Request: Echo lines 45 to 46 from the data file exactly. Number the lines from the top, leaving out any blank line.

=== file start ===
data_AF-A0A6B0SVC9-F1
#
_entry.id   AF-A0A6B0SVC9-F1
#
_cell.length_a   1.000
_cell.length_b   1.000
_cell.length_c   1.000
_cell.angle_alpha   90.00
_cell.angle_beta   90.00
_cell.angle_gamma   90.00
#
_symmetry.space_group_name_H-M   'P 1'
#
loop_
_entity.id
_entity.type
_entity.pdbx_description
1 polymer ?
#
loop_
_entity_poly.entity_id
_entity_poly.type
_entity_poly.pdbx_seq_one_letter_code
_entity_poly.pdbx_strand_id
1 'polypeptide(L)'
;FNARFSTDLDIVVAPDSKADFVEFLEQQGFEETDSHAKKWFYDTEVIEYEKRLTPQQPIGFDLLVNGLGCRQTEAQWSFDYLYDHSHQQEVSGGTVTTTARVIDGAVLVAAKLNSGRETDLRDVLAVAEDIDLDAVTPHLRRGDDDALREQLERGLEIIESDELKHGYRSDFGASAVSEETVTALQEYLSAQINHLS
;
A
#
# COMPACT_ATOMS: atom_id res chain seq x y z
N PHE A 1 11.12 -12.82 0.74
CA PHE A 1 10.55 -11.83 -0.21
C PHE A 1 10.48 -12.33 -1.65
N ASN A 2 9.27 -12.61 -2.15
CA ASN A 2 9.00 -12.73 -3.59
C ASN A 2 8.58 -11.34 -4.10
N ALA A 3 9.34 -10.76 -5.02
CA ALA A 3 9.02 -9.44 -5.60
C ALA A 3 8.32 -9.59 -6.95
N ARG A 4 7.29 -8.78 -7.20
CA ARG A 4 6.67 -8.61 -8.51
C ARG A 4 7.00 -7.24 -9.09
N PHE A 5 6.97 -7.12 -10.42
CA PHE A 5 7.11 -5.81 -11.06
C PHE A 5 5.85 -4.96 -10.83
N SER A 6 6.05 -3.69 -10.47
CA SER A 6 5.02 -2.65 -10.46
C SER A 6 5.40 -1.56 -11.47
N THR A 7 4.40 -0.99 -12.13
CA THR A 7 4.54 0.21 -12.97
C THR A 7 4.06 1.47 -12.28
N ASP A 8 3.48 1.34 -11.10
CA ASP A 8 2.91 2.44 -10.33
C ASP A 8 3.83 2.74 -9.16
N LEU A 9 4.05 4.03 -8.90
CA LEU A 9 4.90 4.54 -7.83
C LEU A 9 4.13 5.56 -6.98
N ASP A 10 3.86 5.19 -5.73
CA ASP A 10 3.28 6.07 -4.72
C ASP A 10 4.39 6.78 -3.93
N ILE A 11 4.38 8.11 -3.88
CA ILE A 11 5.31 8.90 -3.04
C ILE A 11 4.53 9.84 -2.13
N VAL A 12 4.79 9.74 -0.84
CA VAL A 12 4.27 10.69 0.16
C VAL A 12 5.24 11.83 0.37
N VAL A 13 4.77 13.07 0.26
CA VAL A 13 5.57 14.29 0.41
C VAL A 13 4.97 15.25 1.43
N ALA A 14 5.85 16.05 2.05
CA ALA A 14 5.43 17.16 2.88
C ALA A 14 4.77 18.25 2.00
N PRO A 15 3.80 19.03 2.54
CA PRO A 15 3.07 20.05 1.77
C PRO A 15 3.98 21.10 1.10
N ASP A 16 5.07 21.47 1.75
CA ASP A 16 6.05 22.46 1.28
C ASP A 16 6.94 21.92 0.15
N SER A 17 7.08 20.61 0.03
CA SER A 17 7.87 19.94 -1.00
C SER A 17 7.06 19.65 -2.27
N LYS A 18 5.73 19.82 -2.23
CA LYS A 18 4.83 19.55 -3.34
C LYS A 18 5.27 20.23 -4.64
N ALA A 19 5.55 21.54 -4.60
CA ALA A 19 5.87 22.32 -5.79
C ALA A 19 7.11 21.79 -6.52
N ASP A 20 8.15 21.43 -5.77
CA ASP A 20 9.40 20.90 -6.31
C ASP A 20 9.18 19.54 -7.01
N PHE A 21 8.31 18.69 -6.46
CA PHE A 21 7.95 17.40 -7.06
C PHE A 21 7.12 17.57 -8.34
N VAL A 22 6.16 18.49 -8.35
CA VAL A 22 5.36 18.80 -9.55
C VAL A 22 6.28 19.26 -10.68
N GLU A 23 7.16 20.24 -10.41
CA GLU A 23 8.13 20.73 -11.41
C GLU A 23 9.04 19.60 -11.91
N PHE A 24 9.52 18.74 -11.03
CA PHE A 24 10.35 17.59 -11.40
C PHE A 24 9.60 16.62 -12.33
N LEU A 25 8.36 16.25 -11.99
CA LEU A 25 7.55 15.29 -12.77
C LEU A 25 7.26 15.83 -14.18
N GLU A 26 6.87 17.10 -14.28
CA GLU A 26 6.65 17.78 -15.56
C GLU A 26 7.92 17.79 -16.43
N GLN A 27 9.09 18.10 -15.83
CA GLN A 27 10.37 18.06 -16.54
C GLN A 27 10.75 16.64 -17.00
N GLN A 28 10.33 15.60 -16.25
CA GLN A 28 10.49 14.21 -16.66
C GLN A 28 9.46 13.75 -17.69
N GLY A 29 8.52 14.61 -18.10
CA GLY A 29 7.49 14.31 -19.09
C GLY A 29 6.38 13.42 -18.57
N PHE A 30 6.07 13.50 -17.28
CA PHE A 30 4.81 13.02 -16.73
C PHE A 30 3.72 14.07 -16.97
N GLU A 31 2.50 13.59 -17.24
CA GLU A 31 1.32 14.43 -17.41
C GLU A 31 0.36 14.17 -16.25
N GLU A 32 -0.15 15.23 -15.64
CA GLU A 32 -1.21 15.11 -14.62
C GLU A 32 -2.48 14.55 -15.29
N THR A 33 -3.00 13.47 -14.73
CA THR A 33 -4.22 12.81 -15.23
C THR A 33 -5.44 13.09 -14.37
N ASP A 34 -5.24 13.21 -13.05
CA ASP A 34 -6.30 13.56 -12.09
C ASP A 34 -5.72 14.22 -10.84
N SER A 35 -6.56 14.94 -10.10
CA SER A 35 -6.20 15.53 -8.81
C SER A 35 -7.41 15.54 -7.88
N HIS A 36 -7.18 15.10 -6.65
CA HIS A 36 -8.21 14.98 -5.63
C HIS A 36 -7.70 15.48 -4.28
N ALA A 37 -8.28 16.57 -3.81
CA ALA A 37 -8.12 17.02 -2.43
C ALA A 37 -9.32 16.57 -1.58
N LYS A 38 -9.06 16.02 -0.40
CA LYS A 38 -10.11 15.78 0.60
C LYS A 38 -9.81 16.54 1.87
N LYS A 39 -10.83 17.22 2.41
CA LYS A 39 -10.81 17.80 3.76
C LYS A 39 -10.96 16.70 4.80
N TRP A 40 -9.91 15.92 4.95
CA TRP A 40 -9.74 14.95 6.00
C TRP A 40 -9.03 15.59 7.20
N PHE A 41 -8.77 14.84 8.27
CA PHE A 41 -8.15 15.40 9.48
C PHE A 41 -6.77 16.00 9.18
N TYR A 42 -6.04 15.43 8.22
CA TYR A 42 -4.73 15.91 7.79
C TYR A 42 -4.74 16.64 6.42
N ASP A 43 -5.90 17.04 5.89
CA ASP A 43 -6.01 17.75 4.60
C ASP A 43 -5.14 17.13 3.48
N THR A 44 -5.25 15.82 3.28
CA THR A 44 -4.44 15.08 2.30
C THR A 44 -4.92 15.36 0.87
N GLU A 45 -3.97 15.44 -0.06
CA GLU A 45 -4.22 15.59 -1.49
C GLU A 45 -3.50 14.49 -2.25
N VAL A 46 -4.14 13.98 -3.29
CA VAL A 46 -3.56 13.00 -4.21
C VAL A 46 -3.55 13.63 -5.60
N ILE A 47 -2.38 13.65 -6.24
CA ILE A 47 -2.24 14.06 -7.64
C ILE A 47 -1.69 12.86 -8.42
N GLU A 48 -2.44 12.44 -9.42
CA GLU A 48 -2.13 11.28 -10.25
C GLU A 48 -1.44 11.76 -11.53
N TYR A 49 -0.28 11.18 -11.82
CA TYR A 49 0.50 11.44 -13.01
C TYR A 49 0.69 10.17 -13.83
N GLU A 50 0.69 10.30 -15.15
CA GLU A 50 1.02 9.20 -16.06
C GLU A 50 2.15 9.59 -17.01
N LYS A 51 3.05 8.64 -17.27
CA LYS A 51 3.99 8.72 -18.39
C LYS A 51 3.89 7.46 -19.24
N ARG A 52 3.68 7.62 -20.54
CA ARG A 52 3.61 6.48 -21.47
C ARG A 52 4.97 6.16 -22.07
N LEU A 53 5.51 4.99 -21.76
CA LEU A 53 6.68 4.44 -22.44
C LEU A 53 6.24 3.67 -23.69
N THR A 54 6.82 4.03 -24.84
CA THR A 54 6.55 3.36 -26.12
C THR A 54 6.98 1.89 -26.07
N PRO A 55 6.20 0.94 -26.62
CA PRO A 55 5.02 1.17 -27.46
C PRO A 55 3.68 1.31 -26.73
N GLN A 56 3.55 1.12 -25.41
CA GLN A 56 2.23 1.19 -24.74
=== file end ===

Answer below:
C PHE A 5 5.85 -4.96 -10.83
N SER A 6 6.05 -3.69 -10.47